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Emily Wessel

Hi! I’m Emily Wessel, I design fun-to-knit patterns and helpful technique tutorials. I live in Edinburgh, Scotland with my husband and two kids, where I like to run, knit, learn languages, and hang out with friends. I am co-founder and designer at Tin Can Knits -


  1. Ophelia
    December 24, 2016 @ 5:09 pm

    I’m very late commenting here, but I wondered if you had any thoughts about what to do with these hopeful handknits if, after a long and heartbreaking journey, you’ve accepted not having children. I have crates of handknit baby clothes and handmade toys that I created with a hopeful heart. They are lovely, and I would have loved to have used them with a child of my own. However, after a long journey, and for complicated reasons, I know I won’t be able to do so. I am not sure my heart could take seeing them on a friend’s child or used by a niece or nephew, and I certainly don’t want to throw them away. Most donation locations only accept newly purchased toys and clothing, and I can’t imaginge donating them to a thrift store to be sold off for a dollar apiece after all the love and time that I spent making them. I am overwhelmed by this decision, but I know I can’t continue storing crate upon crate of baby things for a baby who will never be mine. I would appreciate any insight or advice, and I so appreciate you broaching this complicated idea of knitting in hope.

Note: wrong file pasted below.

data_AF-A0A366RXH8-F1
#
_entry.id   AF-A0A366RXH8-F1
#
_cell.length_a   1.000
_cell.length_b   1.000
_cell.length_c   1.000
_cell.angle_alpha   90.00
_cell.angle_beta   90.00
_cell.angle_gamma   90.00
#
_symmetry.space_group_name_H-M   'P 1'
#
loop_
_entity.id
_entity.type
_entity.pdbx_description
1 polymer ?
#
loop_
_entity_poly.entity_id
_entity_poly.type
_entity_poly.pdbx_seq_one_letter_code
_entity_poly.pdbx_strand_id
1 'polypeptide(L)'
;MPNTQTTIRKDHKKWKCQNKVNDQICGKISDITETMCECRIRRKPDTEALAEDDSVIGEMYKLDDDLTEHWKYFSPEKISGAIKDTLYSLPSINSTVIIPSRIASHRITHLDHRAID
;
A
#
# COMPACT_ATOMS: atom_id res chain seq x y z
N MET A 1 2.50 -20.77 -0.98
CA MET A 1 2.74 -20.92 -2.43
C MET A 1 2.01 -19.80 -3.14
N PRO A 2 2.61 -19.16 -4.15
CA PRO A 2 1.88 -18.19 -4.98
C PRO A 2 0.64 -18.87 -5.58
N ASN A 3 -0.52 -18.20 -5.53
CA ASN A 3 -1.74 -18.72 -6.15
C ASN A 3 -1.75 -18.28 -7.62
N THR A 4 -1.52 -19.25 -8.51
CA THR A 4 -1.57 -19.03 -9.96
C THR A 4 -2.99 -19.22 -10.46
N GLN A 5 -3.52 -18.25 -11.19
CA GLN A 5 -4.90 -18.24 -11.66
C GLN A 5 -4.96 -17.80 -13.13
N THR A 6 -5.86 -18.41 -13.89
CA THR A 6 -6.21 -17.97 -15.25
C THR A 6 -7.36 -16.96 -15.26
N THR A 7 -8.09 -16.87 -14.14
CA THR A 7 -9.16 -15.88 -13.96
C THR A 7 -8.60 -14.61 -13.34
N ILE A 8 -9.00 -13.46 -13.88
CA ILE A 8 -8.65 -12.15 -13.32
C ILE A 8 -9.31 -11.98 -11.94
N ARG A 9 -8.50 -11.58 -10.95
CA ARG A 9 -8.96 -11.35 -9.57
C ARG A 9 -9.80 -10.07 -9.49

• alexaludeman
      December 28, 2016 @ 2:25 pm

      Hi Ophelia – what a tough question. I think, for me, if I couldn’t bear to see them on another child, I would donate them to the thrift store. Even if they are sold for a dollar a piece, it doesn’t mean the person purchasing them won’t value them and appreciate the love you have put into them. Just my thoughts, and I wish you luck in your decision.

  2. Sammi
    April 29, 2015 @ 10:04 pm

    My best girlfriend lost a few precious babies before she was full term. When she told me she was pregnant the first time, I started a cross stitch that was gorgeous, but was super reluctant to finish once we received the bad news that she wasn’t going to carry to full term. I managed to finish it and hang it in my baby’s room – sent her a photo and told her she would get it when she had a baby in her arms. And she did – a little sweet girl who is one in a couple of weeks. Never ever give up hope.

  3. Hazy
    April 26, 2015 @ 6:32 am

    This is a beautiful post. I have mostly given up on my own hope for a family but found out recently that I am to be an aunt. I had worried about knitting too much before the due date (November) but your words have helped me.

  4. Gunni
    April 25, 2015 @ 1:59 am